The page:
Over the night I discover that the Sage Creek campground has no nighttime lighting. The milky way is brighter than I’ve seen it for a while, despite the low elevation here. In the morning the pair of giant bison that were hanging around yesterday are still here, a little closer to our camper today. When lounging on the ground they look like a mountain of hide.
We pack up and drive east along the “wall” formation.
The problem with the other campground, Cedar Pass, is that the trail system doesn’t connect to the campground. You have to drive a mile or two to a trailhead. Or if you’re us, you walk along the shoulderless highway, watching people do things like driving backwards in the wrong lane. The eroding sedimentary hoodoos become more interesting.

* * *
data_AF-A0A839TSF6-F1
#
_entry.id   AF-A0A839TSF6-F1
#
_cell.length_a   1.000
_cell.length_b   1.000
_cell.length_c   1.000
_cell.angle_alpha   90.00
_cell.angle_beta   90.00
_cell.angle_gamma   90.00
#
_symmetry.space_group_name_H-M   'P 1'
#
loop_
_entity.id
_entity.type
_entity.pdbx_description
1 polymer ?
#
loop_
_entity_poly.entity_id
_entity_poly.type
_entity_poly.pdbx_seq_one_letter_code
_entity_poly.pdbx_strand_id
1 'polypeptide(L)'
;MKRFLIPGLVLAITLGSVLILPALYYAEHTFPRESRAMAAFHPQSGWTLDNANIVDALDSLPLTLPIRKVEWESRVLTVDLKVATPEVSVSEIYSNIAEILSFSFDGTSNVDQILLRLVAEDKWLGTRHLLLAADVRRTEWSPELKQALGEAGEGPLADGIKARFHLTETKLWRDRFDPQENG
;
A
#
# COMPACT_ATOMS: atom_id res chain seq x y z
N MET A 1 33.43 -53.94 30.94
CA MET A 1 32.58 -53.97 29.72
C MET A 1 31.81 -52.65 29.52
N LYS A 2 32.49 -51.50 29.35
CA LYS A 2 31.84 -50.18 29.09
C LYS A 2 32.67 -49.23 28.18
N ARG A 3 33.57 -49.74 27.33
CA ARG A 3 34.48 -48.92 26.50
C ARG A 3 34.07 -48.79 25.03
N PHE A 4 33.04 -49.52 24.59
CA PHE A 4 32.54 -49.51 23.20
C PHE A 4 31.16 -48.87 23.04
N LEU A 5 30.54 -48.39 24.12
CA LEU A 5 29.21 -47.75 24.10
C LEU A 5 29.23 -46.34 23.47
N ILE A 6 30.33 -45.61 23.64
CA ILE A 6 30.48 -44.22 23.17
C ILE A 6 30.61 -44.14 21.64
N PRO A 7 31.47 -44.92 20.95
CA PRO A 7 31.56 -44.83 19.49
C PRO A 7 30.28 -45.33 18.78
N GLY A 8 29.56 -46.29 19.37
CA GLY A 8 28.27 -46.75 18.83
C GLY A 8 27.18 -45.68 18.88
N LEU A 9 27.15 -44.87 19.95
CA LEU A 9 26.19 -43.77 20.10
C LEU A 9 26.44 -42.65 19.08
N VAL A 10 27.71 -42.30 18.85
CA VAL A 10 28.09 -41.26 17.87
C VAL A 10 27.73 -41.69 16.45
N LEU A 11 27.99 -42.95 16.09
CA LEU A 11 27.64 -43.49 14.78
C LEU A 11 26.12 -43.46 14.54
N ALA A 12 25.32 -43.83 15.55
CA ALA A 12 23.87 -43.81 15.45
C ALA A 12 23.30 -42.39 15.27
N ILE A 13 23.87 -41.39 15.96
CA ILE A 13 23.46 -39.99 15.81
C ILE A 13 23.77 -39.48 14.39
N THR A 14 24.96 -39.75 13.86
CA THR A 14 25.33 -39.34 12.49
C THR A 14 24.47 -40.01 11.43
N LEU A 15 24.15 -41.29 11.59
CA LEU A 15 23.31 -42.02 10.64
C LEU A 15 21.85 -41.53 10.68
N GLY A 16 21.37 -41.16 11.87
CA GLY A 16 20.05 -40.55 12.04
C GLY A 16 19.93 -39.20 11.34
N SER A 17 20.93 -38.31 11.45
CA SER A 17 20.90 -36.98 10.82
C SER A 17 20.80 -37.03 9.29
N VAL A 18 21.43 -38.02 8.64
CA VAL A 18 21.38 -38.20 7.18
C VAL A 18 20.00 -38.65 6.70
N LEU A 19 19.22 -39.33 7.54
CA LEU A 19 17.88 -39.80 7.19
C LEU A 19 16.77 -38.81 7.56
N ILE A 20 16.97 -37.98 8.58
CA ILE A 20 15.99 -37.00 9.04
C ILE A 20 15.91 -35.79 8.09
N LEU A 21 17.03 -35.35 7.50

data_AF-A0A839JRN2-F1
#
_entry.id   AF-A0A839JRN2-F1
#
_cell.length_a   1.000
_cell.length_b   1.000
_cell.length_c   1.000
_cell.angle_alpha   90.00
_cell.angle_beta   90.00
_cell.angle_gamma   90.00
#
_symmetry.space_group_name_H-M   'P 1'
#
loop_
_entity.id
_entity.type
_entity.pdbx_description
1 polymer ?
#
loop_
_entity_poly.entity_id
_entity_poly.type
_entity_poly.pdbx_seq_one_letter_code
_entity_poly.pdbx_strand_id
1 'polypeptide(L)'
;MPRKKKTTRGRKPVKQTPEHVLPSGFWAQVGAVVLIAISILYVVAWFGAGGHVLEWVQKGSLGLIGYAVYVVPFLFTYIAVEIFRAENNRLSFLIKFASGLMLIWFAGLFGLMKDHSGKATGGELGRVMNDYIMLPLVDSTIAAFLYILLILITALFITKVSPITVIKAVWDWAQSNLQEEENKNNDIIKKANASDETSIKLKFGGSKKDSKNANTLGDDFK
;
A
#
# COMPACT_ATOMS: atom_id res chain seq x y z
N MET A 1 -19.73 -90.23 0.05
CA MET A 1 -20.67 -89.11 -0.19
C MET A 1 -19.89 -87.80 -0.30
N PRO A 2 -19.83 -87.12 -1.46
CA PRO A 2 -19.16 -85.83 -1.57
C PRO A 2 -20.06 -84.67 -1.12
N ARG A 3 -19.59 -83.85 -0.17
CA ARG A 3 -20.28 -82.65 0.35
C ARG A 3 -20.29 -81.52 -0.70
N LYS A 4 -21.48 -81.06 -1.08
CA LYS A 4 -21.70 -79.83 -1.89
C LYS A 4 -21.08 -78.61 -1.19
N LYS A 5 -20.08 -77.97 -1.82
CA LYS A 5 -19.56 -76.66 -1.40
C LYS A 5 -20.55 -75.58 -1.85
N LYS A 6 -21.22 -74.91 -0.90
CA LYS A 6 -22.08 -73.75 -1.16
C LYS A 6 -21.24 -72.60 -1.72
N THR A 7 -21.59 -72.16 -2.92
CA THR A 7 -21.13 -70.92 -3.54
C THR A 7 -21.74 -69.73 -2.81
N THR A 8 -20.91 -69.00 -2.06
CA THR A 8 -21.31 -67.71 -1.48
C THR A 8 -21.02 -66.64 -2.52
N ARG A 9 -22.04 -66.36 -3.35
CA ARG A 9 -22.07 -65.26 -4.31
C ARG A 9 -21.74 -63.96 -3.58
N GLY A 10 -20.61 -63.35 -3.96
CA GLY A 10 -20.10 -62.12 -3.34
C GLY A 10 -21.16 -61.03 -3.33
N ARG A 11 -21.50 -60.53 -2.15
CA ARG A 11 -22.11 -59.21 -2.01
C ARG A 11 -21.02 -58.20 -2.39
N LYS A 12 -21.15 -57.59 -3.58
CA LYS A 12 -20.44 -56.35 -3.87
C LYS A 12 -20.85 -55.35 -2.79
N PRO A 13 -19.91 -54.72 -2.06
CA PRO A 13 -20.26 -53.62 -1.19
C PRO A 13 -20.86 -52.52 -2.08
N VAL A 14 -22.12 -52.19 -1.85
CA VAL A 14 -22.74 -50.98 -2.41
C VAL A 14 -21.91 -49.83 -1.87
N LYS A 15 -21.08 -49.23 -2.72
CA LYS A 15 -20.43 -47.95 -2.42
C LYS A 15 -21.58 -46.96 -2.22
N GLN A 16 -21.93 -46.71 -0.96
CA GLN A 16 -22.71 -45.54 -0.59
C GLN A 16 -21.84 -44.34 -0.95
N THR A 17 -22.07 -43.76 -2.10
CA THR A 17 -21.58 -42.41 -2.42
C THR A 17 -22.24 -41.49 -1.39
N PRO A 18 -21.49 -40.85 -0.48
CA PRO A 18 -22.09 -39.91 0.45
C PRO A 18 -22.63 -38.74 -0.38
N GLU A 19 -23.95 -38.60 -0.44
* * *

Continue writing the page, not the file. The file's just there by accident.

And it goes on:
And when we reach the main trailhead, the lands look fully bad, except for the occasional patch of grass on top that to me looks like a toupÃ©e.
We enjoy some “trails”, or routes marked with little metal posts, before finding a route back to the campground with some cross country in addition to the highway walking.
Today’s hiking was fairly unusual, but still felt somehow in the realm of the familiar to me. What will be next as we head east to the Missouri river and beyond? I have no idea.